The 2015 Comic That Made Wes Cry: The Mighty Thor

017I’ve been asked what made me sad in comics in 2015, and it took about two seconds consideration to come to my conclusion. Jason Aaron’s The Mighty Thor. Let me be clear about one thing right off the hammer, I wasn’t sad about the delivery, the script, the art, the plot, or the direction. There’s nothing wrong with the comic. It’s actually what’s so devastatingly right about it that got to me.

The reason that this comic is so sad that it’s difficult to read at times is that it focuses on a breast cancer patient dealing with their chemo treatment. Now, to be fair, this may hit closer to home for me than it might for some. I’ve watched my wife go through this process, and know, having seen it, that its hellacious. It’s an arduous trial for anyone to have to suffer through. Yet regardless of the whys and wherefores, this book elicited a strong, sad emotional response, so I have to applaud it for that.

For anybody who hasn’t kept up with Thor comics, you might be surprised to learn that the Thor you’re probably most familiar with, the Thor you grew up with, that Thor is currently unworthy. Bear in mind, while Thor is an Asgardian, and therefore more powerful than humans in general, his real power was derived from wielding Mjolnir, the mythical hammer. With this weapon Thor was all but unstoppable, but the weapon came with a caveat: only the worthy may wield it. After having a secret whispered in his ear, what it is we still don’t know, Thor could no longer lift the hammer. He was no longer worthy. In and of itself that’s some great drama right there, but it gets better when an unidentified woman comes along, and is miraculously able to wield the hammer. She is the new face of Thor. She is worthy.

We, as readers, now know her identity, but if you don’t, I won’t spoil that for you. The relevant point to this article, though, is that she happens to be dying of cancer. Cancer is used all the time in movies, TV shows, and literature. It’s an easy tool, as most of us know somebody who has been affected by cancer, plus, in most plots, having elements of tragedy or loss keeps things engaging. So much is cancer used as a plot point, that during the few years which I simply stopped reading or viewing material which leaned on this narrative tool, I quickly realized that there was almost nothing left. I didn’t need to be reminded of the horrors befalling a loved one. I had too much of it in my real life, and fiction, I’ve always believed, can be a means to escape reality.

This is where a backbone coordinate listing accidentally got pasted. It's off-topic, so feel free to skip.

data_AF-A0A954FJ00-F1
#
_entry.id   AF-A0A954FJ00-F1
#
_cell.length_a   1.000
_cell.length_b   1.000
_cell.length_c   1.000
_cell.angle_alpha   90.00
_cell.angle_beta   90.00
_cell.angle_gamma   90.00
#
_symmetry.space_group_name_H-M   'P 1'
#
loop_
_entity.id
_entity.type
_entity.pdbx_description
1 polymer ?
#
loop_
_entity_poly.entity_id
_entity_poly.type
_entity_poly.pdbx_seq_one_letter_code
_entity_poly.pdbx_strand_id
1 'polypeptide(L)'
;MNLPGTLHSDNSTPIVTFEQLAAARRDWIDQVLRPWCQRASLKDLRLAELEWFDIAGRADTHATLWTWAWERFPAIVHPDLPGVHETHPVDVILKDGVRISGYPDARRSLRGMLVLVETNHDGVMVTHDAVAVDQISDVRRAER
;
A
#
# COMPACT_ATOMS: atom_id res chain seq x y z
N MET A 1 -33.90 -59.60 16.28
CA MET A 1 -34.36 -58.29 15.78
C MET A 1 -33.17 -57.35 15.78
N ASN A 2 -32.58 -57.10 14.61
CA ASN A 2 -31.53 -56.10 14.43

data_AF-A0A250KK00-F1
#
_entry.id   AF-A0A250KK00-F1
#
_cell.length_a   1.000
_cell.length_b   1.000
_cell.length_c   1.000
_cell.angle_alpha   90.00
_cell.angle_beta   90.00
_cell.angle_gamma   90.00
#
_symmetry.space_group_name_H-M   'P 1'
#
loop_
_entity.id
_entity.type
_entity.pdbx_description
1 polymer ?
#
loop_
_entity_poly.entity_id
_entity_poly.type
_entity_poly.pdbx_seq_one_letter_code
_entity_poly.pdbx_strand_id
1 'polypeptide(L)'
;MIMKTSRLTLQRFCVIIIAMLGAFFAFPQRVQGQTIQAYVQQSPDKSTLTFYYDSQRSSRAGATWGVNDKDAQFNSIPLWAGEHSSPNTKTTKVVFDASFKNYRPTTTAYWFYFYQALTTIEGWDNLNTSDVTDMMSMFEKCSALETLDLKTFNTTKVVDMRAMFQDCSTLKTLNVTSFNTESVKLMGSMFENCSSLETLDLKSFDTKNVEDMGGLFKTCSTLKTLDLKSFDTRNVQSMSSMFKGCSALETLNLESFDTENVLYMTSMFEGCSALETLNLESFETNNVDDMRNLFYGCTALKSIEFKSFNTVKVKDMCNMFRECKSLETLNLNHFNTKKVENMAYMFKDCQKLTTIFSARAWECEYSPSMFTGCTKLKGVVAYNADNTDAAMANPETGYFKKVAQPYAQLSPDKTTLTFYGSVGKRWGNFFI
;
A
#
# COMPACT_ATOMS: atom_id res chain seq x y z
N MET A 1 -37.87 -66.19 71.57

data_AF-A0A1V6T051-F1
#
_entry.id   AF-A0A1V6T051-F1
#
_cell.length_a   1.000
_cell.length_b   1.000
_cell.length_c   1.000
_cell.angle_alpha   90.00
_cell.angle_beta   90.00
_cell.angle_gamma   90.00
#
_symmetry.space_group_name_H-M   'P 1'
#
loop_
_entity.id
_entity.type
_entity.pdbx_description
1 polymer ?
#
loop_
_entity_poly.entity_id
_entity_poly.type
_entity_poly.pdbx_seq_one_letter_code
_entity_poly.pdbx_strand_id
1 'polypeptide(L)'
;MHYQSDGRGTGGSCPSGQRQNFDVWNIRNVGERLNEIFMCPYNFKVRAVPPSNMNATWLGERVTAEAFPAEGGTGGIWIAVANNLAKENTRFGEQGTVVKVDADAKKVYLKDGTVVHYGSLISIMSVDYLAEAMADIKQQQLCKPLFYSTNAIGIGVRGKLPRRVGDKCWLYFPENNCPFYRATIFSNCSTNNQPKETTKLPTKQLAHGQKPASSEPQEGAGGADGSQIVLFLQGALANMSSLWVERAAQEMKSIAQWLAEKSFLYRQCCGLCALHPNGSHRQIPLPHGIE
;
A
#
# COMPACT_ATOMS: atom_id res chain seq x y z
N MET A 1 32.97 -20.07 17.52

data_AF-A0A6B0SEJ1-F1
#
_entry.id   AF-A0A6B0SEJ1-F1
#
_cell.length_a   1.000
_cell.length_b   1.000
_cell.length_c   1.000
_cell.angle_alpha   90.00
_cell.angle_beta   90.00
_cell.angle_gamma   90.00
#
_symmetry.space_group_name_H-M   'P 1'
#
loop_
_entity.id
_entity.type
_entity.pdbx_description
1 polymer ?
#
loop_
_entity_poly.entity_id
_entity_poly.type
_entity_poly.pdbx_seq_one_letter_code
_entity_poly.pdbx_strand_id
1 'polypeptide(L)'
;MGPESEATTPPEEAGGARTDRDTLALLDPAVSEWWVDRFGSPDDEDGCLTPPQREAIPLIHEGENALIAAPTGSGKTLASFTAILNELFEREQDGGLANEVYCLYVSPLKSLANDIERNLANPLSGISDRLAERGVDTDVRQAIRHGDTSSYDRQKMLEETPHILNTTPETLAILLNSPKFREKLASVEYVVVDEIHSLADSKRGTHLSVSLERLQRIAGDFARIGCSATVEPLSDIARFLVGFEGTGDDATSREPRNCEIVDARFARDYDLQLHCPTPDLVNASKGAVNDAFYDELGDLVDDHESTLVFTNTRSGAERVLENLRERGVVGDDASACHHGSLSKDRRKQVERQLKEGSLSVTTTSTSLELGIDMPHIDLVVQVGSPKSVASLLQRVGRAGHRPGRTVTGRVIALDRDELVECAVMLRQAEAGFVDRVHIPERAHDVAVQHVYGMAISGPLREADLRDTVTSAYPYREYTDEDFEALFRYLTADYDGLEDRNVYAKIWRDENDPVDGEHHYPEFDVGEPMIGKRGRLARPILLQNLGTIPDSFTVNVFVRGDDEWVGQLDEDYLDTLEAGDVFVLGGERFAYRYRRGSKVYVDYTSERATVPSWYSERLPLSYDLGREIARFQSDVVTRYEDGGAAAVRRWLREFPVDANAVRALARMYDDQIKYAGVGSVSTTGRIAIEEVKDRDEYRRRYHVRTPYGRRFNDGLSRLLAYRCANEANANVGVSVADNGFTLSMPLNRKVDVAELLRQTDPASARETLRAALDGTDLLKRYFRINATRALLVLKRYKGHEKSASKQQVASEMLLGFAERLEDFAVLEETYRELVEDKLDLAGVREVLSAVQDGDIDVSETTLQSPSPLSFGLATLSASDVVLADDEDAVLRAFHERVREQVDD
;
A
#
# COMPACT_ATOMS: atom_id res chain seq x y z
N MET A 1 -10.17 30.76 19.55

The Mighty Thor is the first title I’ve really appreciated for its brutal honesty since distancing myself from overused and oversimplified cancer tropes. The reasons I’ve stuck by are twofold. First, Jason Aaron has been able to write Thor brilliantly, before and after the character change. His has been my favorite representation of Thor ever. It’s not a Marvel book which Thor happens to appear in, it’s a mead soaked, heavy metal romp through a clearly honored and respected approach to Norse mythology. Second though, is the honest, and accurate depiction of what a cancer patient actually goes through. This isn’t using cancer as a gimmick. It’s not petty, or oversimplified. This appears to be written by somebody who has seen firsthand the grueling process. I hope that he hasn’t, that he just did his research, but either way, I thank him for conveying the weight of the situation, for imparting the pain. It’s far from trivial.

As an added element of anguish, this new Thor must choose between helping herself or others, where the consequences of either path are colossal. This book is about a hero the likes of which we haven’t seen for some time. Her’s isn’t a conflict of whether or not to help, but at what cost. I don’t want to go too much further into it than that, rather, I’d encourage you to go pick up the book. It might leave you sad, and that’s okay. That’s the way life is sometimes, it doesn’t make the book a bad one, but a real one.



1 Response to “The 2015 Comic That Made Wes Cry: The Mighty Thor”

  1. Brian White

    Hmm…this is very interesting. I must check this out. I have not read anything since they did this character change.